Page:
Wednesday, January 20, 2010

Is hypocrisy ever a value?

In the New York Times blogs, Robert Wright wrote an essay about the ever-decreasing sense of privacy which we have in our digital age, especially if we're famous. Not much new here, but towards the end, he discusses Senator Daniel Patrick Moynihan's concept of "Defining Deviancy Down." Basically, as people do bad things in public more often, we get numb to them, and they start to seem less bad. Wright mocks this as hypocrisy:
In this view, one ingredient of an effective moral system is hypocrisy. Everyone purports to support a rule that many of these people in fact violate, but so long as the violations are rarely publicized, the number of hypocrites doesn’t grow, and the rule — in this case the norm of monogamous fidelity — stays more or less intact; at least, it stays strong enough to keep the whole system of marriage from collapsing.

What I found interesting is that Judaism supports exactly the point of view that Wright dismisses. Basically, if I commit some sin in private, then I've sinned. But, if I commit that same sin in public (b'farhessia) then I've done two things: I've sinned, and I've also inherently announced that I'm not the least bit ashamed of that sin. That it isn't, in effect, a sin at all. I've set an example for others to follow, and made it, at least in theory, more likely that they'll sin, too.

[Let it be known that there is a counter discussion about how sinning in private, but not in public, means that we fear the opinions of our neighbors more than we fear God. That's not a good thing, in case you're wondering. So, the sages aren't saying that hypocrisy is good, just that it's more complicated than simply that.]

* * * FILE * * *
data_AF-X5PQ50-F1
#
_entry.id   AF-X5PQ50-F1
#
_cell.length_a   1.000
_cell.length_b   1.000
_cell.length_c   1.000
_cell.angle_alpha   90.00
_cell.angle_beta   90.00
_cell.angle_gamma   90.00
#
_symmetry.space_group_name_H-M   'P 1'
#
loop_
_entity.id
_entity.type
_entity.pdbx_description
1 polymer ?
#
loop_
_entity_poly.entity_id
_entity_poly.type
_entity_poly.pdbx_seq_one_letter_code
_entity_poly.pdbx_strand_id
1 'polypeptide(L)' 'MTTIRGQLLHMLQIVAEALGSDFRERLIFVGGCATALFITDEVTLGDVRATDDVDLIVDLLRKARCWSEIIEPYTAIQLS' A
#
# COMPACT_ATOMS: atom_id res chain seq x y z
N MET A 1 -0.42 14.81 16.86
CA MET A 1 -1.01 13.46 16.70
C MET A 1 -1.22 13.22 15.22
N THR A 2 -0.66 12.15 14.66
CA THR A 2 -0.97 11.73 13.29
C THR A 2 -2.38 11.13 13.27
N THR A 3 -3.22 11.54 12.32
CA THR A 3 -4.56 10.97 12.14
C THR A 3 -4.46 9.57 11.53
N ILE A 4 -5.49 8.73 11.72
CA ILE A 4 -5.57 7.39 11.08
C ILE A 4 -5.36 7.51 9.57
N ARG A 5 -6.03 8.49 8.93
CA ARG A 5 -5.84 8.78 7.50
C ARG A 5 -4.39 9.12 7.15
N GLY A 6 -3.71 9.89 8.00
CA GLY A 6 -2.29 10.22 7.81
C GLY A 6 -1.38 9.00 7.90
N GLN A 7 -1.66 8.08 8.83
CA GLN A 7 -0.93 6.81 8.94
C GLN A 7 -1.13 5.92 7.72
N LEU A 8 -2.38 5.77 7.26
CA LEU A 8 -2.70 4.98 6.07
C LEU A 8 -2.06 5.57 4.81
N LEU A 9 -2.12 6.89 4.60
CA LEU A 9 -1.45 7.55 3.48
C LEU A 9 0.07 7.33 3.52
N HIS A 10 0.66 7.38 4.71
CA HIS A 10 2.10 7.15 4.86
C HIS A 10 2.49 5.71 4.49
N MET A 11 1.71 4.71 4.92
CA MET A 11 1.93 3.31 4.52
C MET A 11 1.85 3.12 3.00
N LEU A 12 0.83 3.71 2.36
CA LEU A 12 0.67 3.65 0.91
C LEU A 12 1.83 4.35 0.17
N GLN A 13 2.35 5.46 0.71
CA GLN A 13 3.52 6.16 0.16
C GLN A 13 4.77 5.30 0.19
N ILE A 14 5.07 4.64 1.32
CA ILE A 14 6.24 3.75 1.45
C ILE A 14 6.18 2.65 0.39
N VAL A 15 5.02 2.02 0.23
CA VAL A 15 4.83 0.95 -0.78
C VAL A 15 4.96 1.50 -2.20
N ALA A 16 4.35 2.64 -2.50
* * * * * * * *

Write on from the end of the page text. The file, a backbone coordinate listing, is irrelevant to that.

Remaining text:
Let me give you an example: one year, I got very weak towards the end of Yom Kippur. I thought I was going to pass out. The next year, worried that it was going to happen again, I had some power-bars stashed away in my office, in case I needed them (luckily, I didn't). But, I never, for one second, thought about eating them in public. To do so would have been an insult to everyone else who was there, trying to make it through a fast day. As a Rabbi, it would also have been a powerful statement that fasting isn't really that big of a deal. No, I don't think that anyone would have seen me eating and said, "well, that's it. I'm going out for a burger." But, it would have been a small mark against observing a tradition, to some, at least.

Maybe the adultery issue is even more realistic. Is it so unbelievable to think that, the more people who commit adultery, the more likely some people are to do it? Again, not in a conscious, "well, that sure looks like fun" way, but in the more subtle way of adjusting our assumptions and expectations. And, if that does happen, then isn't there some merit in keeping our infidelities (and other sins) quiet? Let me be clear again - I'm not saying that adultery, or any sin, is ok, so long as you do it in private! I'm just wondering if, if you are going to sin, is there at least some merit in doing it quietly? Is that really hypocritical? If it is hypocritical, is that the worst thing?

Real questions - not sure I know exactly what I think, but I'd love to hear what you do...


LizStrom said...

Perhaps the problem is framing this a "hypocrisy" rather than asholding different standards for public and private behavior, or in some cases allowing for nuanced response to complicated questions. Hypocrisy means proclaiming one set of values while practicing another, but that's not really what is at issue in some of these examples. So, using your example of the Power Bar - had you loudly proclaimed that anyone eating on Yom Kippur, even if they were on the verge of fainting, was committing a sin then the Power Bar in your drawer would have been a sign of hypocrisy. But wouldn't you have advised a congregant whose fasting endangered his or her health to break the fast? Doing so privately is just a way of respecting those whose tummies might be grumbling. But it's not hypocrisy.

Rabbi Jason Rosenberg said...

fixed a typo...